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The case against compounded Semaglutide (Ozempic)

Should you consider compounded weight loss medications?


Semaglutide (Ozempic/Wegovy) and Tirzepatide (Mounjaro/Zepbound) are in high demand.  These medications are FDA approved for diabetes and/or obesity and are not covered by some insurance formularies. With this, patients are looking for alternative sources of the medications.



Medical spas, online companies and unfortunately physicians are offering "generic" versions of these popular medications.  Obviously, as they don't have generics, one must consider how this is legal. Compounding pharmacies are allowed to create varying versions of medications as long as the follow the rules outlined below.



A compounding pharmacist must comply with the following rules.

  1. The commercially available product is modified to produce a significant difference, in the professional judgment of the prescriber, between the compounded product for the patient and the comparable commercially available product; or

  2. The commercially available product is not available from normal distribution channels in a timely manner to meet the patient’s needs, and the dispensing of the compounded product has been approved by the prescriber and the patient.

  3. A pharmacist who compounds a commercially available product consistent with the requirements of above and shall maintain documentation of the reason for such compounding.


Semaglutide was found to be "in short supply" and many compounding pharmacist took this to mean they could offer their own versions.  Normally, pharmacists would obtain the active pharmaceutical ingredient (API) from a FDA regulated distributor as this is in short supply, many pharmacists are using a salt version that has never been tested.  Let me repeat, semaglutide salt is not FDA-approved.  Anyone that is prescribing compounded semaglutide is offering a product that is not FDA-approved.   I have seen people use words such as "generic Ozempic" or "FDA approved semaglutide." These are not accurate statements.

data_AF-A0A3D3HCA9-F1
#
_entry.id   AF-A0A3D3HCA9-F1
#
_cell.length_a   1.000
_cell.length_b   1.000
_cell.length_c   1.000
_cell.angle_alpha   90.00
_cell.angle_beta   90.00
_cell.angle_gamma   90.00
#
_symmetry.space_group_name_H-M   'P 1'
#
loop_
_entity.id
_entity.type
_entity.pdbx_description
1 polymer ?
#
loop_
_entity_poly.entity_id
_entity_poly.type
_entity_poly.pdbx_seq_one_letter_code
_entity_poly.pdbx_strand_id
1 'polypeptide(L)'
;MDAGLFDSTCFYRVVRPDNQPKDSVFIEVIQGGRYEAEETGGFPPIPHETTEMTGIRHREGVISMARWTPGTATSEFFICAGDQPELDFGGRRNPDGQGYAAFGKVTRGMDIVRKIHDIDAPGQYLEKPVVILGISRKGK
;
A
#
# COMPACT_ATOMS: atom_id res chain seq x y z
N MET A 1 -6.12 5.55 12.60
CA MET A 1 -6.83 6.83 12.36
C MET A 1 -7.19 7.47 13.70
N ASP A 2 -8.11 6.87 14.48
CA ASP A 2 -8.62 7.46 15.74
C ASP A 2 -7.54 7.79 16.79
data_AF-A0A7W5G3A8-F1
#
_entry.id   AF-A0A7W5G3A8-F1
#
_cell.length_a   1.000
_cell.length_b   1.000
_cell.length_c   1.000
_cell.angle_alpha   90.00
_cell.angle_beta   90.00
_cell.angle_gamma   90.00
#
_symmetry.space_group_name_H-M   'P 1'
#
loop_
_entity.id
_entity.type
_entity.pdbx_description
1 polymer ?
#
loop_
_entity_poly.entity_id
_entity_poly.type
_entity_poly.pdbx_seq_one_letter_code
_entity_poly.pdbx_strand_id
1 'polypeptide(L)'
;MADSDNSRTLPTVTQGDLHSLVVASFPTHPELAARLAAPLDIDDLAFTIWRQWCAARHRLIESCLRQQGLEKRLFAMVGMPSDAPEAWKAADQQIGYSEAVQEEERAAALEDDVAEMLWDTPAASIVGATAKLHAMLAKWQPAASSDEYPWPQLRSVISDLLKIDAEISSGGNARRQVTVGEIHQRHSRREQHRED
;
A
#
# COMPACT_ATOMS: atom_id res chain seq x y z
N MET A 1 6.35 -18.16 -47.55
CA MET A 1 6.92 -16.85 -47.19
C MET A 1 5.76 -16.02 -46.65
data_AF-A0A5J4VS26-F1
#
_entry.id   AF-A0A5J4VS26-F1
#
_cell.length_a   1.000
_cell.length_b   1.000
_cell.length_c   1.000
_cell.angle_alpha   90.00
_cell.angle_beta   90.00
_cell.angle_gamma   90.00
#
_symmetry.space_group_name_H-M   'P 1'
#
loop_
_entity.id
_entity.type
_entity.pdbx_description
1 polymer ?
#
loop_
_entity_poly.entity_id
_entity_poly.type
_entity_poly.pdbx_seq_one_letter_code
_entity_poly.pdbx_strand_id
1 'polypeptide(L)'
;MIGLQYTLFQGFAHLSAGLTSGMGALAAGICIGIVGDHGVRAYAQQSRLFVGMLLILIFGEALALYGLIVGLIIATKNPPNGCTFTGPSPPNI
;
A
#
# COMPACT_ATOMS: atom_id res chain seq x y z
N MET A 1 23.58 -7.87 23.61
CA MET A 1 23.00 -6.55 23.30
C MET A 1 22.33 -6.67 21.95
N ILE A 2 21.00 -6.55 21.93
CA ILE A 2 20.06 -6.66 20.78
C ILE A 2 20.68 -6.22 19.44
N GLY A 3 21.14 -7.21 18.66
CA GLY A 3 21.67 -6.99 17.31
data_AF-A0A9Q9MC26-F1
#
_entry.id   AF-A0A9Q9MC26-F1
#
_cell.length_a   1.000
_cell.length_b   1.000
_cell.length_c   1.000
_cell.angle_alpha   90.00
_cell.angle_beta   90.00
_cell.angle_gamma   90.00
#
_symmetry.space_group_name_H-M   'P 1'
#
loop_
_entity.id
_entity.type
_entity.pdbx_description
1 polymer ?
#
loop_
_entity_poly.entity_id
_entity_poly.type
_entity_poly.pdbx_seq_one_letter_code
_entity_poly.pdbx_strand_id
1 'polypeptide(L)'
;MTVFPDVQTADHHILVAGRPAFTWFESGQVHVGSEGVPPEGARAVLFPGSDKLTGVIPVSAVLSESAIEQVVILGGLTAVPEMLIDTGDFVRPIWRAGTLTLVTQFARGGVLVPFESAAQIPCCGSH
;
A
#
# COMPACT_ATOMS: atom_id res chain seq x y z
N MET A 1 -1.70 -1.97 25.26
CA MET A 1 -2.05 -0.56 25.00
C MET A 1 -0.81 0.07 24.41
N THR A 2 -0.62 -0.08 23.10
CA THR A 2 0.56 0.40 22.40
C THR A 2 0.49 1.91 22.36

This means that the sources of these ingredients are coming from a non-FDA approved supplier, most likely outside of the US.  I highly doubt these suppliers are doing liquid chromatography to ensure the product is indeed there.  This is not a safe choice and therefore,  we will not be offering it in our office. 



We will happily offer services that are safe and effective to help lessen the cost to our patients.  This is not one of them,



Bottom line: You do not know what you are getting when you buy from an unknown company.  We work closely with compounding pharmacies and continue to inquire if this could be done safely for those patients that can't afford the medication.  At this time, we do not suggest this method as it can not be proven to be safe at this time.


There are other ways to increase GLP1 secretion like increasing protein and improving your gut microbiome with innovative probiotics like Akermansia Muciniphila and Clostridium butyricum in Metabolic Daily Pro.

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